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20 October 2023

Apostille Convention enters into force for China

On 7 November 2023, the Convention Abolishing the Requirement of Legalization for Foreign Public Documents ("the Apostille Convention") will enter into force for China. This means that between China and the other 124 contracting states to the Convention, including Switzerland, public documents will have the option not to go through the legalization process. Instead, the process to certify a public document may be facilitated by the issuance of an Apostille certificate.

What is an Apostille?

"Apostille" is a French word and literally means a marginal or bottom note. Under the Convention, certificates entitled "Apostille" certifying the authenticity of the signature, the capacity of the signing person and the identity of the stamp or seal, are issued by the designated authorities of the contracting parties. The Apostille certificates will serve the same function as legalized certificates provided by the relevant authorities.

In Switzerland, the designated competent authorities are the Federal Chancellery and the Cantonal Chancelleries. In China, the designated competent authorities for issuing Apostille certificates are going to be the Ministry of Foreign Affairs and the mandated local Foreign Affairs Offices. From November 7, 2023, a Swiss public document with an Apostille certificate does not need further diplomatic or consular legalization to be used in China, and vice versa.

What are the public documents that can be apostilled for use abroad?

The Convention regulates the applicable public documents both negatively and positively. It excludes "documents executed by diplomatic or consular agents" and "administrative documents dealing with commercial or customs operations". The exact list of public documents to be apostilled by the Chinese competent authorities will be established in future implementation measures and practice; in view of the usual practice of other contracting parties, notably Switzerland, at least the following public documents are expected to be eligible for apostille certification between China and Switzerland:

  • Commercial documents including corporate articles of association, commercial register extracts, board resolutions, tax registrations, etc.
  • Court decisions and other judicial documents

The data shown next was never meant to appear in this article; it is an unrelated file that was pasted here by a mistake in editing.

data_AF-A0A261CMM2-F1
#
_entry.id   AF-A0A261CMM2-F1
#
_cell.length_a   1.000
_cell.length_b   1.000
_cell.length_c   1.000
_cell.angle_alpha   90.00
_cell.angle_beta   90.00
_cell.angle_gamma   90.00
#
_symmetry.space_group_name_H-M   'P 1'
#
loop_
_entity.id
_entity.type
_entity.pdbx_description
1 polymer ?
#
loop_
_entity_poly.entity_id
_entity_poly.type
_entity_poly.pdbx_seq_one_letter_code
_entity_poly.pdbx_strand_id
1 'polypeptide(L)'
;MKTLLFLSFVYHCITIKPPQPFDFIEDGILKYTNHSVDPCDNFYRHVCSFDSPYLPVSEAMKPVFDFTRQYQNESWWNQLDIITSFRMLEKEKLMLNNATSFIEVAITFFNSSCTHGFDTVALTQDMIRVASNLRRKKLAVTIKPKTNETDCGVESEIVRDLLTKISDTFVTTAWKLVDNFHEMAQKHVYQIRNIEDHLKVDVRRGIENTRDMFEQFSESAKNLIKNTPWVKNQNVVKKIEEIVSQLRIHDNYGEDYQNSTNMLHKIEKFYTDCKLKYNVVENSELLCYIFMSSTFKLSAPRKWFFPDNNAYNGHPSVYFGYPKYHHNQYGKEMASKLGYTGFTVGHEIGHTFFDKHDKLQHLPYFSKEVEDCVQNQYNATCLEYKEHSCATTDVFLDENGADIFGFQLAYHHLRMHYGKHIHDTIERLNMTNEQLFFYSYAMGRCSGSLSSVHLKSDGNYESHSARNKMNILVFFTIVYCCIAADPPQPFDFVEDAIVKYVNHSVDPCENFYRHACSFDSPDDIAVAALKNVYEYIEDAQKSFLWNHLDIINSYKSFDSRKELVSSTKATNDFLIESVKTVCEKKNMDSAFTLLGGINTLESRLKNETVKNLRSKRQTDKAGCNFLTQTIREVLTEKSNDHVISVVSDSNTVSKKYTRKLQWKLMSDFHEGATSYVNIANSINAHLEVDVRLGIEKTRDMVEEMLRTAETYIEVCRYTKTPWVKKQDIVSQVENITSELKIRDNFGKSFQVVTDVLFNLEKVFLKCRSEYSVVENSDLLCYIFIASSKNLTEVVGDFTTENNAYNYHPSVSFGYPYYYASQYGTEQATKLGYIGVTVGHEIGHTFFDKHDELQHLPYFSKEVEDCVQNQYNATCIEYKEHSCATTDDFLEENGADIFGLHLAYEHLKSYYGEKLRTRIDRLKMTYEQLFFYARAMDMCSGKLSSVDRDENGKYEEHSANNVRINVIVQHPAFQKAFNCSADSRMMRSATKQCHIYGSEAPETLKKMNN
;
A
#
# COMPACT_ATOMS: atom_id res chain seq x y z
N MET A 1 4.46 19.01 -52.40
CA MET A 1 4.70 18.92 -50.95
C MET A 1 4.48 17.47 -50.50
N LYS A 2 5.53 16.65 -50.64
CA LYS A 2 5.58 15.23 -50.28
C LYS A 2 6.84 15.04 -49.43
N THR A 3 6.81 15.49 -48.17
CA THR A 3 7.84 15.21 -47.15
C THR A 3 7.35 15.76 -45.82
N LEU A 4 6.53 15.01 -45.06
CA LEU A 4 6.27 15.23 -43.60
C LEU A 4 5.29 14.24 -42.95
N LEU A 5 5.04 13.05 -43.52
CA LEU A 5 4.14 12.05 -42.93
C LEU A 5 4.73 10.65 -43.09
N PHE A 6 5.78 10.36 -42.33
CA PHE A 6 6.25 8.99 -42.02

• Various notarized documents
  • Personal documents including marriage, birth and death certificates, powers of attorney, certificates of inheritance, educational documents etc.

What are the actual implications in Switzerland and China?  

Currently before a Swiss public document can be used in China, it has to be authenticated. Taking the commercial register extract of a Swiss company as an example, the extract must go through the following three steps in Switzerland before its use in China: 1) issuance of an original commercial register extract by the cantonal commercial register office; 2) legalization at a Cantonal Chancellery; 3) legalization at the Chinese Embassy or Consulate in Switzerland. From November 7, 2023 the second and third steps can be replaced by one certification process – the addition of the Apostille certificate by the competent Swiss authorities.

For Chinese public documents to be used in Switzerland, taking the power of attorney (PoA) used for the incorporation of a company in Switzerland to be signed by a Chinese founder as an example, there are presently two options.

The PoA is signed by the founder or if a company is the founder, by the legal representative, at the Swiss Embassy or a Swiss Consulate in China. (This option does not apply to all kinds of documents.)

After the PoA is signed at a local Chinese notary public, it must go through two steps: 1) legalization at the Chinese Ministry of Foreign Affairs or a local mandated Foreign Affairs Office; 2) legalization at the Swiss Embassy or a Swiss Consulate in China. In the future, these two steps could be replaced by the apostille process.


According to Chinese media, more than 70% of the commercial documents for China's exports will benefit from its accession to the Apostille Convention. The apostille process may reduce the time required for cross-border use of public documents between China and Switzerland, and lower the costs. Moreover, a public document with the addition of the apostille certificate, unlike the legalized certificate recognized only bilaterally, will have much wider recognition as it could be accepted in other contracting parties to the Convention.     

We expect that both Chinese and Swiss companies and individuals will benefit from this alternative to the consular legalization; however, the implementation measures and practice of China regarding the Convention (including processing time, the availability of electronic Apostille, charges etc.) remain to be seen.

Category: China Desk